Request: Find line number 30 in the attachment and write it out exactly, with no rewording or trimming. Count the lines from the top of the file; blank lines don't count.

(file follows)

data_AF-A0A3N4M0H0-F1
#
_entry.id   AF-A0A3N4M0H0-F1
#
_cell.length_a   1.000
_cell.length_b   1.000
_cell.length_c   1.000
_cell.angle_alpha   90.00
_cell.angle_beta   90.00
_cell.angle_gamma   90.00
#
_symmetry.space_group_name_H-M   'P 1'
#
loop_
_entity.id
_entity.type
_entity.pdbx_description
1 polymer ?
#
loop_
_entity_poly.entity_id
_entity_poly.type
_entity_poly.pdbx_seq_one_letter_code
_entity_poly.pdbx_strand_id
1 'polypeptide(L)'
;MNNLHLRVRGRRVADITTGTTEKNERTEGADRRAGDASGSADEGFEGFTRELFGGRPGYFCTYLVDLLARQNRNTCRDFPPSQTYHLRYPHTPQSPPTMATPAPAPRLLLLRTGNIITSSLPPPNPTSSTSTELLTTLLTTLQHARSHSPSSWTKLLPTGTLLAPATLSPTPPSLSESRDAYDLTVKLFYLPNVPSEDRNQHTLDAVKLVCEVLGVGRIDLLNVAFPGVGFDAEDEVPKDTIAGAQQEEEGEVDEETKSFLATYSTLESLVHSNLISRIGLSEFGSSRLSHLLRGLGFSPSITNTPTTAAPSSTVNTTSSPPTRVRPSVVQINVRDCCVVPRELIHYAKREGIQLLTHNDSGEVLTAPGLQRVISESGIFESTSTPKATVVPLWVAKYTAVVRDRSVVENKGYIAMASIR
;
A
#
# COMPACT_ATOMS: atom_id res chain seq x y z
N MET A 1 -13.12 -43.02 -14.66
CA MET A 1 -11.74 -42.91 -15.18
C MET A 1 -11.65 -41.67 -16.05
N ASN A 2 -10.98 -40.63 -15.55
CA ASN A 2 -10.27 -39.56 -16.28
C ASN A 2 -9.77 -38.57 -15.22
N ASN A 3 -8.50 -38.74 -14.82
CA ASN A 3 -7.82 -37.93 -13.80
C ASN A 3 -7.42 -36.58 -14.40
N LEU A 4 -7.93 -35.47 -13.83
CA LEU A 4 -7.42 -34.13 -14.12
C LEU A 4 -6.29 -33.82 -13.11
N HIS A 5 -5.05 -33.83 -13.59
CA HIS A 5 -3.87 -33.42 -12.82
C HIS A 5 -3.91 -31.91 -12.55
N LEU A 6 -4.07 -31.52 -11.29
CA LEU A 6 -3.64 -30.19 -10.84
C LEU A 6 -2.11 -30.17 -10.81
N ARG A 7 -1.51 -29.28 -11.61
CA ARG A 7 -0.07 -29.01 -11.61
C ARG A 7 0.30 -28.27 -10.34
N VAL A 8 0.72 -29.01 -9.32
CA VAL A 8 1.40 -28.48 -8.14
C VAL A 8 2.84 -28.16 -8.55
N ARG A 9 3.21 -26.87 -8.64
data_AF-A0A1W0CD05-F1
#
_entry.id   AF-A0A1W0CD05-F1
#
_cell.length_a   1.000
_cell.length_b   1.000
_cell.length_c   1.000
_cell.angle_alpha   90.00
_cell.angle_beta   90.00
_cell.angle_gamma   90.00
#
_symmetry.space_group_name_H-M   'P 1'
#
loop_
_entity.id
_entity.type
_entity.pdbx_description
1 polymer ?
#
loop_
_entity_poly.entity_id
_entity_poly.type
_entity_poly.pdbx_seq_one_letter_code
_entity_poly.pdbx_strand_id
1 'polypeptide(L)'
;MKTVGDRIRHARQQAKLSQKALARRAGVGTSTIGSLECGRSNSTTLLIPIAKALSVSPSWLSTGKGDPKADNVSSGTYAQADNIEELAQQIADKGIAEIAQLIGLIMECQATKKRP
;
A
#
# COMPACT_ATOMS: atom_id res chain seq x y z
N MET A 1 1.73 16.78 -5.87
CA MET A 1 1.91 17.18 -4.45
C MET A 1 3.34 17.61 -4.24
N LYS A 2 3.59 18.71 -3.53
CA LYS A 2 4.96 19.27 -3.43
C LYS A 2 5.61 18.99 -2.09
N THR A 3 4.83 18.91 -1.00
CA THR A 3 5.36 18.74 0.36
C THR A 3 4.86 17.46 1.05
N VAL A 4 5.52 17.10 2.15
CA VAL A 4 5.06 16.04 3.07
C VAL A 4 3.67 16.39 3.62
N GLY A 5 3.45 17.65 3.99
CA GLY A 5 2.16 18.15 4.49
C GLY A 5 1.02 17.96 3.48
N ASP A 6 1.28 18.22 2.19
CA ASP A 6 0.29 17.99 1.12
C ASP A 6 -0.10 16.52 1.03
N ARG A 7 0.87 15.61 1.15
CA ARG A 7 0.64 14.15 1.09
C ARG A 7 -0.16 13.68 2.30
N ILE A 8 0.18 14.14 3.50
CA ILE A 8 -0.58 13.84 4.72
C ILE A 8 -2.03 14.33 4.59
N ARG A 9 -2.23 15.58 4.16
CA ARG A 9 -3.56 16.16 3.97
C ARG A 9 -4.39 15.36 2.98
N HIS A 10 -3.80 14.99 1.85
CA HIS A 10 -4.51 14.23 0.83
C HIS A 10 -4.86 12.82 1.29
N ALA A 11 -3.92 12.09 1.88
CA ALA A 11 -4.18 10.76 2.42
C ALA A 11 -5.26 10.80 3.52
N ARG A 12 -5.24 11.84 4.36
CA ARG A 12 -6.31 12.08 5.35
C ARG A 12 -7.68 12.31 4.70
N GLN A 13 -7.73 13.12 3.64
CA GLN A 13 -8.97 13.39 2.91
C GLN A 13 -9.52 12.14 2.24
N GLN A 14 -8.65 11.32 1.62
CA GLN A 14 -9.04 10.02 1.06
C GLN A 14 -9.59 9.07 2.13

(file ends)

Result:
# COMPACT_ATOMS: atom_id res chain seq x y z